The first car I ever purchased was a 1988 Chevrolet Nova hatchback. It was the “hybrid” of it’s day — a Chevy body with an engine manufactured by Toyota. I spoiled that car. Took it in for its oil changes on time; tune ups. It wasn’t long before every oil change became a diagnosis for some other mechanical problem. Brakes, suspension, and a host of things, I can’t even pronounce. By 1994 the car had starter problems or would cut off while I was waiting for a light change. The car was becoming a money pit. Had I been more mindful of the Spanish language, I would’ve have figured out “No-Va” means “no go.” This made the Nova a marketing disaster for GM in Mexico and other Latin American countries.
The following year I bought a Honda Civic. I’ve shamelessly abused this car. I constantly forget to change the oil, and twice the red light has blinked to remind me it’s time to do so. That Honda’s had a few major repairs, maybe 4 total. I left it outside during the blizzard. And it still runs.
My elders used to tell me, if a car name has more than one syllable, it isn’t a real car. This was the Ford generation (who would gladly break their own rule and hop into a Mercedes). Nevertheless, looking in hindsight at my Chevy Nova experience makes me chuckle. GM and Toyota have both been on the hot seat. The Toyota mechanical failure has probably done greater damage to the reputation of the Japanese car industry than GM’s mishaps and business miscalculations have done to the American car industry. Perhaps now both are on equal footing at least for today. (India, China, and even some start ups companies inside garages are ready for a test drive.)
The American automobile industry, with its assembly line genius, was falling behind the engineering creds of the Japanese passenger car industry. Yet, American cars depended on being the sentimental favorite. “Buy American” was the call to action. The American car and the American dream became both legend and mantra. But as Americans became more independently mobile especially in densely populated areas, they seemed to want their cars to be the same. Toyota, Honda, and Subaru could get you where you wanted to go faster, further, and even size-wise you could squeeze into a parking space. American cars were great for special occasions like proms, weddings, and funerals. Or picking up the elders from church who just hated squeezing into the back seat of your little car. The green movement gave added value to buying more gas efficient cars with its lighter metals that would flatten on impact against an old 70s Cadillac.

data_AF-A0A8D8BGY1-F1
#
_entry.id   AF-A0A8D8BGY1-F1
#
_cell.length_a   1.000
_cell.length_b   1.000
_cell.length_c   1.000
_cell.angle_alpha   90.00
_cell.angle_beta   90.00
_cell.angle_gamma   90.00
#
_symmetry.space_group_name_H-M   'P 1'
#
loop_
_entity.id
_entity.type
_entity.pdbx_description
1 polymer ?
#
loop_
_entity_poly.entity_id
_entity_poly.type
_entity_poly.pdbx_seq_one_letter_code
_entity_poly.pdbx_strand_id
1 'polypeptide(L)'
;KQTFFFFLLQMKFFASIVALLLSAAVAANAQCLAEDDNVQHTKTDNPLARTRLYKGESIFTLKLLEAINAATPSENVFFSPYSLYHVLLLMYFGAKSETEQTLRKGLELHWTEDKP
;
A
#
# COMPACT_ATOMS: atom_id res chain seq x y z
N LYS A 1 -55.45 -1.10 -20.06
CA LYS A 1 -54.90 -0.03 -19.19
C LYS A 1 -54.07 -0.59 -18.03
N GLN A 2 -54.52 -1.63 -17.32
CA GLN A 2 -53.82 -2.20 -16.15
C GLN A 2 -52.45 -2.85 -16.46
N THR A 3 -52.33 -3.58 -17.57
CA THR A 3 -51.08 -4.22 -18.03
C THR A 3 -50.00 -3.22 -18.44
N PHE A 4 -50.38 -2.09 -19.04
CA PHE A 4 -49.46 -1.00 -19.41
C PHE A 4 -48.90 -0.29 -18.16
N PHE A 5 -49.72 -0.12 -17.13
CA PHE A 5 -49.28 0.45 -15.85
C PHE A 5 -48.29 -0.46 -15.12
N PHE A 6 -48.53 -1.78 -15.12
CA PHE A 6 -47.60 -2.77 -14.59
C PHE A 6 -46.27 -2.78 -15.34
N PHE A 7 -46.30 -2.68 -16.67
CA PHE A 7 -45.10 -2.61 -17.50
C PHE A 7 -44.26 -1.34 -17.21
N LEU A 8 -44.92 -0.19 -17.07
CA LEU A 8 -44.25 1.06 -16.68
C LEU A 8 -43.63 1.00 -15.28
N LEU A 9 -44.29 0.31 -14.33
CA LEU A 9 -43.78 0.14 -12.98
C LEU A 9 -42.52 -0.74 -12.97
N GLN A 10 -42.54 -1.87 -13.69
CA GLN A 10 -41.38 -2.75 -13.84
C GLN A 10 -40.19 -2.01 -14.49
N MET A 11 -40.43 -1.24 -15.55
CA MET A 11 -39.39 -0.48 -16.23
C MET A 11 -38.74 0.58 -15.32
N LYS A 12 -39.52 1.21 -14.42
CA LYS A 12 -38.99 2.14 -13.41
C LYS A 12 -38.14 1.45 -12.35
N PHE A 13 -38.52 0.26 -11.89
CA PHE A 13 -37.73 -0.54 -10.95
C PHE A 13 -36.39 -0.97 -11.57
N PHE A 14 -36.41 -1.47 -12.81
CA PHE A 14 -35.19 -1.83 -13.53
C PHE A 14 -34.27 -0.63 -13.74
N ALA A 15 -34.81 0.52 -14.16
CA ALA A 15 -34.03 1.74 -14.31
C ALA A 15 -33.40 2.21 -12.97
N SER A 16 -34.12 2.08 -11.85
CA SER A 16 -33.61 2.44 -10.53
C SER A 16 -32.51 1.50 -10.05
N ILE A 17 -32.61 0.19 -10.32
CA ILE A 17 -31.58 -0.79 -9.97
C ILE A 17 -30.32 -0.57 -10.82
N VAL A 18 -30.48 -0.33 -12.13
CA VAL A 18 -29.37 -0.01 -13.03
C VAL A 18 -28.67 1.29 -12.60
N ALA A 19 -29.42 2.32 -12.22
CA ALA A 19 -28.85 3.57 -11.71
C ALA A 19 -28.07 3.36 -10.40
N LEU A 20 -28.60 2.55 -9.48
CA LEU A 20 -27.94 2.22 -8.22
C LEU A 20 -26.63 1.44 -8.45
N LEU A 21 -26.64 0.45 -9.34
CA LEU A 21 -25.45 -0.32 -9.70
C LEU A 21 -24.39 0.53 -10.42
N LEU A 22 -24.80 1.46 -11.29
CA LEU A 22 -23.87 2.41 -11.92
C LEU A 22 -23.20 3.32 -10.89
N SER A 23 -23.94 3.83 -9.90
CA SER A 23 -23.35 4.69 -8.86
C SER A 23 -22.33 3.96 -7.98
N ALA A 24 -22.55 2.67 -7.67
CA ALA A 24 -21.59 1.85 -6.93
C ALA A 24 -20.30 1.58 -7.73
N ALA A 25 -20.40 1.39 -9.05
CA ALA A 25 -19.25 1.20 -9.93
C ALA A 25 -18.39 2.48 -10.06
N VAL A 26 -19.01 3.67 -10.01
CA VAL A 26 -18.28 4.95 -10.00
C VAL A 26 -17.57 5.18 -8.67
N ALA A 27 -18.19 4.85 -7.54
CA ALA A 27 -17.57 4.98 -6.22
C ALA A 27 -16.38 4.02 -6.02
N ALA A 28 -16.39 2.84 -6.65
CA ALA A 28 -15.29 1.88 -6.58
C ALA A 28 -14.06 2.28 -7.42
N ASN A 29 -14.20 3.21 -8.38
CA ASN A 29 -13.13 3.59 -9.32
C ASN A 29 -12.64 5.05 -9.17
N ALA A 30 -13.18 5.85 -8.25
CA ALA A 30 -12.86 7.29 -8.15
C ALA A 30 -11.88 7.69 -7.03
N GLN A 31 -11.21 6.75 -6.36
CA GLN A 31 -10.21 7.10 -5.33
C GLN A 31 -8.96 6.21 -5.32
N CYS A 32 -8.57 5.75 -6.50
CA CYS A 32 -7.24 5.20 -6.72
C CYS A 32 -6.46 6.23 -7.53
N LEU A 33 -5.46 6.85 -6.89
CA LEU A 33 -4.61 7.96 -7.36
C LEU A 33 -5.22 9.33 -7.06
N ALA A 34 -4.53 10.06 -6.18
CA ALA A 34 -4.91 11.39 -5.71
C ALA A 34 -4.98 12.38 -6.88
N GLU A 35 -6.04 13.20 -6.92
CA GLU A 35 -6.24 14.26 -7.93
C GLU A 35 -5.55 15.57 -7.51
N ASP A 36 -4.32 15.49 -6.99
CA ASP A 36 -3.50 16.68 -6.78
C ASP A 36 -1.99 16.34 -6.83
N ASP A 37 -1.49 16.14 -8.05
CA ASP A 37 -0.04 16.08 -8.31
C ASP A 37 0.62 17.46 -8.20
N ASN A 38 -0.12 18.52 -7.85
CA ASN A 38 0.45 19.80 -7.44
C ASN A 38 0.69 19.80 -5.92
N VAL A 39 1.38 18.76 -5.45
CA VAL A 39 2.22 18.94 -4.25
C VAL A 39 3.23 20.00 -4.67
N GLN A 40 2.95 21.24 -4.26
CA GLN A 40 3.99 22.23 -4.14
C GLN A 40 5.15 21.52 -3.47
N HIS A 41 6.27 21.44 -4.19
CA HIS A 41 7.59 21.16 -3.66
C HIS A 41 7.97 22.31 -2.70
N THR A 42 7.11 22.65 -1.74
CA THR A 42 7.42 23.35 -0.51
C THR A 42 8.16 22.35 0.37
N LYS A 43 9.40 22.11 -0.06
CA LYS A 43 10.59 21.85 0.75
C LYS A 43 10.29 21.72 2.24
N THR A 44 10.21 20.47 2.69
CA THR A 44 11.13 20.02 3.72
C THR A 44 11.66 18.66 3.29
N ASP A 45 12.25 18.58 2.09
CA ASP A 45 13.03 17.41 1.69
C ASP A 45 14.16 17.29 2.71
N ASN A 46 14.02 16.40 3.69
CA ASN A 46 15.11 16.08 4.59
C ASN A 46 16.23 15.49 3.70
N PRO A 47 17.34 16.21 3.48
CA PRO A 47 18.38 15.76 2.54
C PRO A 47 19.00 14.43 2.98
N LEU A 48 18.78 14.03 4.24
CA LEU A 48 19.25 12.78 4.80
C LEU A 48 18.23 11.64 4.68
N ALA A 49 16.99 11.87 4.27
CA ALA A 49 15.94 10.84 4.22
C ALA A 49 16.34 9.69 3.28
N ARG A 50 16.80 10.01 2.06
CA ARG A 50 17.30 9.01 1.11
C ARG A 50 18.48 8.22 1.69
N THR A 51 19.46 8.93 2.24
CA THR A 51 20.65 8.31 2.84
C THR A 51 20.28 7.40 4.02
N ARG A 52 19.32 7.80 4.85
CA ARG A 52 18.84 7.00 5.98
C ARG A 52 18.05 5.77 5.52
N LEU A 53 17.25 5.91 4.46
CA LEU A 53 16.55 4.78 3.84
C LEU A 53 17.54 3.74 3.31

The consumer was driving the industry then as it did now when the GM bailout was announced (not the first government intervention in the last 20+ years for GM/Chrysler). Layoffs from the plants came in the 1980s as they did in the last several years. Hostilities rose towards the Japanese automakers. Vincent Chin, a Chinese American, was murdered in Detroit in 1982 by Ronald Ebens a laid off white auto worker who presumed Chin was Japanese. Ebens was charged but did no jail time and hasn’t paid the $1.5 million won by Chin’s mother in a civil suit since 1989. No one knows Nitz’s whereabouts to this day. What happens to a dream deferred?
Toyota could not compete with the American dream model, but built its reputation on a new generation wanting to take that big leap in the air — “I love what you do for me.” Toyota drivers were “moving forward.” Hey but not this fast! Perhaps the marriage in 1988 between Toyota and GM was intended to be a Rodney King “can we get along” moment joining the sentimental American dream with the forward moving engineering of the new era. I bought it. I thought my Nova was the best of both worlds. But maybe the signs of things to come were in the making.
For me, Toyota’s reputation was built on product, and customer approval; not Hollywood images, dreams, or consumer patriotism. But that’s where Toyota may have left it — moving forward but not sticking with what made Toyota popular among customers: dependability. And above all else for any automaker – safety! Toyota won’t be getting the GM treatment; they’ve got some paying to do – $16.4 million in fines for not reporting defects.
I don’t know much about cars, but dependability and safety are key for me in that I don’t know much about cars. Ford managed to stay in the game financially and there’s been a lot of switching and selling off. But jobs on the assembly lines aren’t what they used to be. Jury’s still out on the impact of the new market on workers. It may be time to retool the American dream as well. The customer is going to determine what will sink or swim.
Now that GM is off the government payroll ($5.8 billion paid in full), and is ready to start their engines again, this time they can’t bank on sentimentality – quality is the place to start. Sure customers attach meaning to their cars. GM, Toyota and others should listen to them seriously and not their CFOs or marketers. It’s the memory of the first car that sets all standards.